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Boston ranks 19th worst in traffic gridlock study

LA most congested, TomTom study finds

A traffic jam in Boston near the Leverett Circle area (pictured) in this June 7, 2012, file photo. Jim Davis/Globe Staff

The next time you find yourself gridlocked in downtown Boston, watching a distant traffic light cycle from red to green and back to red, you can cheer yourself with this thought: There are 18 cities in North America where the traffic is worse than it is here.

According to TomTom, a manufacturer of GPS navigation devices, Boston is the 19th most congested city in North America, behind such cities as Vancouver and Miami. The company’s Congestion Index report for the first quarter of the year, which surveyed 26 North American cities, found the absolute worst traffic is in Los Angeles.

On average, Boston commutes take 16 percent longer than they would if traffic were flowing freely — like in the middle of the night. In the evening rush, however, Boston commutes take 35 percent more time than they do when everything is moving well, according to the TomTom report.


By comparison, Los Angeles commutes take an average of 33 percent longer than they would in free-flowing traffic and a whopping 77 percent longer during evening rush hour.

Boston commuters face an average delay of 19 minutes per driving hour. Local drivers with 30-minute commutes were delayed 55 hours a year, according to the report. Tuesday mornings and Friday evenings were the most congested times to travel; the best times to travel were Friday mornings and Monday evenings. Boston had more congestion on nonhighways than it did on highways, according to TomTom.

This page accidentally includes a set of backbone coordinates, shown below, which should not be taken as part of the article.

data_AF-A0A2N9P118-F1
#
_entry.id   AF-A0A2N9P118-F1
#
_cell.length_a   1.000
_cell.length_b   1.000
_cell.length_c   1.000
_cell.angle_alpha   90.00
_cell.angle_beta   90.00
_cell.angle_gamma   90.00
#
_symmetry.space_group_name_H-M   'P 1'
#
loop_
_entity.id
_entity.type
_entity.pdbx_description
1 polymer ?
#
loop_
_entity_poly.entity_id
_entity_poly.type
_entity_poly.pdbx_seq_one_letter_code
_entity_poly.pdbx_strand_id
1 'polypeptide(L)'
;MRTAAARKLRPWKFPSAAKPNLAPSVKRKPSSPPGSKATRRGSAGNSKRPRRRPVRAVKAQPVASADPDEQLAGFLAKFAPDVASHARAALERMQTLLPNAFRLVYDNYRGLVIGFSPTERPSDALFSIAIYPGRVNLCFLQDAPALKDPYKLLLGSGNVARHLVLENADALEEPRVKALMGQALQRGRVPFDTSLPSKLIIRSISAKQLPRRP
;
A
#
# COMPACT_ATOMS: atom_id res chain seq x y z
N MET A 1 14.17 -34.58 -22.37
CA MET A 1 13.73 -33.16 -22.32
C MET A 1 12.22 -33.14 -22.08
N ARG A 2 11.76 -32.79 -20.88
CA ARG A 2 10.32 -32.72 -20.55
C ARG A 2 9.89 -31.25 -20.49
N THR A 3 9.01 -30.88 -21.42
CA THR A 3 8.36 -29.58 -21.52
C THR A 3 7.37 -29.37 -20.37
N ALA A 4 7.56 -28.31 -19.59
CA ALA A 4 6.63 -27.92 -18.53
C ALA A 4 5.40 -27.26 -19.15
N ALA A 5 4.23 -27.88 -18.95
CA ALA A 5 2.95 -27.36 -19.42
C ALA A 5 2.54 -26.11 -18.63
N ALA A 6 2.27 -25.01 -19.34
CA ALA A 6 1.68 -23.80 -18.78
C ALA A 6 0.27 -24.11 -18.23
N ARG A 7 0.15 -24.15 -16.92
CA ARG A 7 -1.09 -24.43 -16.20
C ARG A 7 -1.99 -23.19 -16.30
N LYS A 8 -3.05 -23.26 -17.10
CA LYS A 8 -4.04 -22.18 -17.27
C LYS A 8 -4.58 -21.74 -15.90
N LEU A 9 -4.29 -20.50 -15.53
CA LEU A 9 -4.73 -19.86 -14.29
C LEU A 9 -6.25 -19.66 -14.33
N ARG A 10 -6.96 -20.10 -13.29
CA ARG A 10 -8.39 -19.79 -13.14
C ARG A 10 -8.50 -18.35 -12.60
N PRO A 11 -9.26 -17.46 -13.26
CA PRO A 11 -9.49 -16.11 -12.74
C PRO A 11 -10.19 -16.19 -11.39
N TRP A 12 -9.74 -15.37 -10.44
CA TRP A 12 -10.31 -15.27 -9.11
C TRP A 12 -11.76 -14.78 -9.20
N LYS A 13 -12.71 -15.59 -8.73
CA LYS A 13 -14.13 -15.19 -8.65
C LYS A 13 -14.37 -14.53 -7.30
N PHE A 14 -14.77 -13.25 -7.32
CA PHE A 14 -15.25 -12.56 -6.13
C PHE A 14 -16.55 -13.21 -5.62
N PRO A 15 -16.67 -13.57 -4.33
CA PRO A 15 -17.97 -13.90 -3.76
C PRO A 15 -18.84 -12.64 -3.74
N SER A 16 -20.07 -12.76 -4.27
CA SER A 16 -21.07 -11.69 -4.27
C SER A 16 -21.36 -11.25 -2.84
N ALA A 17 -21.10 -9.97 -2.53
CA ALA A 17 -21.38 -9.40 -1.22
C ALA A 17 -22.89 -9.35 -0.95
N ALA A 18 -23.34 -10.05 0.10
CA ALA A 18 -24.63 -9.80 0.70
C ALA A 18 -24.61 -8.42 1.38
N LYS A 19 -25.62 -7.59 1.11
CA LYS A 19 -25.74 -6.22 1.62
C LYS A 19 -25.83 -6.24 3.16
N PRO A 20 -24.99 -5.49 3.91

If it’s any consolation, congestion is improving in Boston. For the first three months of 2011, the city was ranked 14th worst in North America; this year, it was newly surpassed by Dallas-Fort Worth, Chicago, San Diego, and Houston.

Nick Cohn, head of congestion research at TomTom, attributed the drop to the mild winter. “There were several blizzards in early 2011 and it was significantly colder last year, both of which are factors that can impact traffic significantly,” he said.


TomTom, which is based in Amsterdam but has its North American headquarters in Concord, compiled the report from real-time travel data captured by its devices in vehicles driving along the entire road network within the selected cities. Since 2004, TomTom has sold 60 million navigation devices around the world.

INRIX, Inc., a Kirkland, Wash., company that monitors traffic congestion, lists Boston as the 11th most congested in the United States in the past year. That result is not far from the conclusions of the TomTom report, which lists five Canadian cities as having heavier traffic congestion than Boston does.

Thomas J. Tinlin, commissioner of the Boston Transportation Department, was encouraged by the city’s slide from 14 to 19 in TomTom’s survey.

“This is one of those rare cases where we’re happy to tumble in the rankings,” he said. “Traffic is one the top issues that we deal with on a day-to-day basis, and we take it very seriously.”

Earlier this year, six engineers from IBM Corp. spent three weeks in Boston’s City Hall as part of a company program to help cities better manage their data challenges. The team helped the city build a prototype software application that collects data from city computers, street video cameras, road sensors, and databases to create a real-time picture of Boston’s traffic.

In some respects, congestion is a good problem to have, according to Tinlin. “Let’s face it,” he said. “The reason you can drive right through some cities is because there’s no reason to be there.”


D.C. Denison can be reached at denison@globe.com.